Peter Lynch studied mathematical science at University College Dublinand, after various short-term jobs, joined the Irish Meteorological Service in 1971. After a training year in Rosslare, where his mainactivity was to read Ulysses, he went to Shannon Airport as an aviationforecaster. Three years later, he was transferred to the ResearchDivision in HQ, where he worked on the development of numerical weatherprediction models for operational use. He was promoted to Head ofResearch and later became Assistant Director. Peter spent a year 1984/85 working as a visiting scientist in KNMI, theDutch Met Service. He served on the Scientific Advisory Committee (SAC)of the European Centre for Medium-Range Weather Forecasts for eightyears, as Chairman of SAC for two. He was Project Leader of the HIRLAMProject for three years, 1997-99. In 2002 he established C4I, a climatemodelling endeavour involving Met Eireann and UCD. In 2004 Peter moved to UCD as Met Eireann Professor of Meteorology. Inaddition, he is Director of the UCD Meteorology & Climate Centre. Heresigned at the end of 2011, but continues to teach and do research innumerical weather prediction and also in Hamiltonian mechanics. Peter has been a member of the Meteorological Society since itsestablishment, and has addressed the society on many occasions. He ismost grateful to be offered an honorary membership of the society.Peter Lynch studied mathematical science at University College Dublin and, after various short-term jobs, joined the Irish Meteorological Service in 1971. After a training year in Rosslare, where his main activity was to read Ulysses, he went to Shannon Airport as an aviation forecaster. Three years later, he was transferred to the Research Division in HQ, where he worked on the development of numerical weather prediction models for operational use. He was promoted to Head of Research and later became Assistant Director. Peter spent a year 1984/85 working as a visiting scientist in KNMI, the Dutch Met Service. He served on the Scientific Advisory Committee (SAC) of the European Centre for Medium-Range Weather Forecasts for eight years, as Chairman of SAC for two. He was Project Leader of the HIRLAM Project for three years, 1997-99. In 2002 he established C4I, a climate modelling endeavour involving Met Éireann and UCD. In 2004 Peter moved to UCD as Met Éireann Professor of Meteorology. In addition, he is Director of the UCD Meteorology & Climate Centre. He resigned at the end of 2011, but continues to teach and do research in numerical weather prediction and also in Hamiltonian mechanics. Peter has been a member of the Meteorological Society since its establishment, and has addressed the society on many occasions. He is most grateful to be offered an honorary membership of the society.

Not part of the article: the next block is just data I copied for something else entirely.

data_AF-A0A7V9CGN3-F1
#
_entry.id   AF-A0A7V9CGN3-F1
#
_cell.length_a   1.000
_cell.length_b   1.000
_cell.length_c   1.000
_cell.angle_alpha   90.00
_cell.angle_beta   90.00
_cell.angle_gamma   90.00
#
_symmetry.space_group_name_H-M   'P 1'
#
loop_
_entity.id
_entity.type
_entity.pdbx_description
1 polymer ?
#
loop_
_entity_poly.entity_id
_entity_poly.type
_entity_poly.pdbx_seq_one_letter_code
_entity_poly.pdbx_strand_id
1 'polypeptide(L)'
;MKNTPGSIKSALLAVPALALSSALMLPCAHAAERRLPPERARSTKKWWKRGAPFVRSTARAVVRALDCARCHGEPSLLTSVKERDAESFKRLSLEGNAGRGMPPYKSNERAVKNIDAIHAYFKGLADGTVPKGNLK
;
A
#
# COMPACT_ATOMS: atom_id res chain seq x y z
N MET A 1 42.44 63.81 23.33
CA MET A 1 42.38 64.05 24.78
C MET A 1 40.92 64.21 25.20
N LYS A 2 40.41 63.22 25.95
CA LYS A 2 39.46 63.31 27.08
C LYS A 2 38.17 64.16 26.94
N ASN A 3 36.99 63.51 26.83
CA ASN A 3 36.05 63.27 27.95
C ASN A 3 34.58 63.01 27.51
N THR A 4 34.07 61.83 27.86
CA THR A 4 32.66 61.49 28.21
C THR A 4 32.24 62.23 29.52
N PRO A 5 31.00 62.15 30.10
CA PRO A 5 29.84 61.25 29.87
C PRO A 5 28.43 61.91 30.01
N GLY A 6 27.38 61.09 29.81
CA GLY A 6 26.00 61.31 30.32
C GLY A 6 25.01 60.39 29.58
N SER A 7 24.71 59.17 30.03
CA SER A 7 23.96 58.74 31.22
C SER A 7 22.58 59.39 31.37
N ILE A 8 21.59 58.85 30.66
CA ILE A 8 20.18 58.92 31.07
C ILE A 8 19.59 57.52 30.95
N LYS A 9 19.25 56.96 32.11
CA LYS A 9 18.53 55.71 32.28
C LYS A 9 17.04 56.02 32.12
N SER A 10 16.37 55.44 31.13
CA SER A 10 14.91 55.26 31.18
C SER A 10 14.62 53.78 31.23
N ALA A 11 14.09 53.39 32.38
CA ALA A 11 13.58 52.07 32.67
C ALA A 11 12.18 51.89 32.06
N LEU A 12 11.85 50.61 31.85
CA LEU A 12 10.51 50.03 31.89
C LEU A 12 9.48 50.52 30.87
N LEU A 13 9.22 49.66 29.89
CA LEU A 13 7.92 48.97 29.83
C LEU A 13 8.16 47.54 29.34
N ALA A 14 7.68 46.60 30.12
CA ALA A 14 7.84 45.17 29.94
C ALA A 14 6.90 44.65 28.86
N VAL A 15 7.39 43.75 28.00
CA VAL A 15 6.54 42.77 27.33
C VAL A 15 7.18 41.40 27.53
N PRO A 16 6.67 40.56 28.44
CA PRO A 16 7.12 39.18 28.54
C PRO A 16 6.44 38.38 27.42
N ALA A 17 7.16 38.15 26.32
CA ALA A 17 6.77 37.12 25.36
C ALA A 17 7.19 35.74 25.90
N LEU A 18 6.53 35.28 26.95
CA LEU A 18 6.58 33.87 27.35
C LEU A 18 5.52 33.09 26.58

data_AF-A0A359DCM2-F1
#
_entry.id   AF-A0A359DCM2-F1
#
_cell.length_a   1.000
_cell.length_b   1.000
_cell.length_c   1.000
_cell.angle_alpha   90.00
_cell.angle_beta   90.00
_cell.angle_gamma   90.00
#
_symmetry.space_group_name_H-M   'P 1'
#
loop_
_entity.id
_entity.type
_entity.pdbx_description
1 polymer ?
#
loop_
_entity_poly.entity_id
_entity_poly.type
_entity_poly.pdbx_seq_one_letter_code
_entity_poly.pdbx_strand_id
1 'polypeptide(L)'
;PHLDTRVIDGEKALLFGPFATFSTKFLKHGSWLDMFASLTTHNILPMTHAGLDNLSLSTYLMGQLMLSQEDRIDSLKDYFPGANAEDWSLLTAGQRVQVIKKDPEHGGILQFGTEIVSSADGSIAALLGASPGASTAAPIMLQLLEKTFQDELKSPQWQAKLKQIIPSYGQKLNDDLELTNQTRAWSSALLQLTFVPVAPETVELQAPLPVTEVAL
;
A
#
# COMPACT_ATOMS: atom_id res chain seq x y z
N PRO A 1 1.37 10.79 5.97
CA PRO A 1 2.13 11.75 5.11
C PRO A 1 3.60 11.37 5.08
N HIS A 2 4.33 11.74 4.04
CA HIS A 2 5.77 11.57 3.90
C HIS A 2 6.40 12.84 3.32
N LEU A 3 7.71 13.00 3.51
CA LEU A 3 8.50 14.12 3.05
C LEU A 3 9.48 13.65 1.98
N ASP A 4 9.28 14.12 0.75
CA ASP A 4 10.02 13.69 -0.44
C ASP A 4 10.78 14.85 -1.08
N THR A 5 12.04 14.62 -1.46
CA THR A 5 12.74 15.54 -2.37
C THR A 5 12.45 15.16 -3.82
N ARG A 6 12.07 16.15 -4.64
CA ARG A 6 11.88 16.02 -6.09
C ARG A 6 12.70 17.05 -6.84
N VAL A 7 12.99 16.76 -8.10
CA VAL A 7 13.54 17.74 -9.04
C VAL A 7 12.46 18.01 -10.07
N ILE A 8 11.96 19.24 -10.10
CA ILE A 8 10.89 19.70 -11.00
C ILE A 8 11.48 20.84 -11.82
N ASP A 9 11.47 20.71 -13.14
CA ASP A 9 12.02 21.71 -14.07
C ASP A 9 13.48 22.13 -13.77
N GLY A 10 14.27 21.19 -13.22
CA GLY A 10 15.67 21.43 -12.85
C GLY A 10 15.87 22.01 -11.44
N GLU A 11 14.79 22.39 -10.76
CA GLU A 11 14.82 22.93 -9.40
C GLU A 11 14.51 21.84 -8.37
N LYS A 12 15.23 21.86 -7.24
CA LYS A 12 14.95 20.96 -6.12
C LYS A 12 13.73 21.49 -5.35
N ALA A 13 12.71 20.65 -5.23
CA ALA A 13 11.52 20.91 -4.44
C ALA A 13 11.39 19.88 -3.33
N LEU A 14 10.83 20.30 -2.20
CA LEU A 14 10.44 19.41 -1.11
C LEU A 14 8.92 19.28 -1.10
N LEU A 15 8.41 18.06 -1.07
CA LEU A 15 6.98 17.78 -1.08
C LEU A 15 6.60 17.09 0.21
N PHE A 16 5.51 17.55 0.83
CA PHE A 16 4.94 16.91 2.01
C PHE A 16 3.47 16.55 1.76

Prof. Fedor Mesinger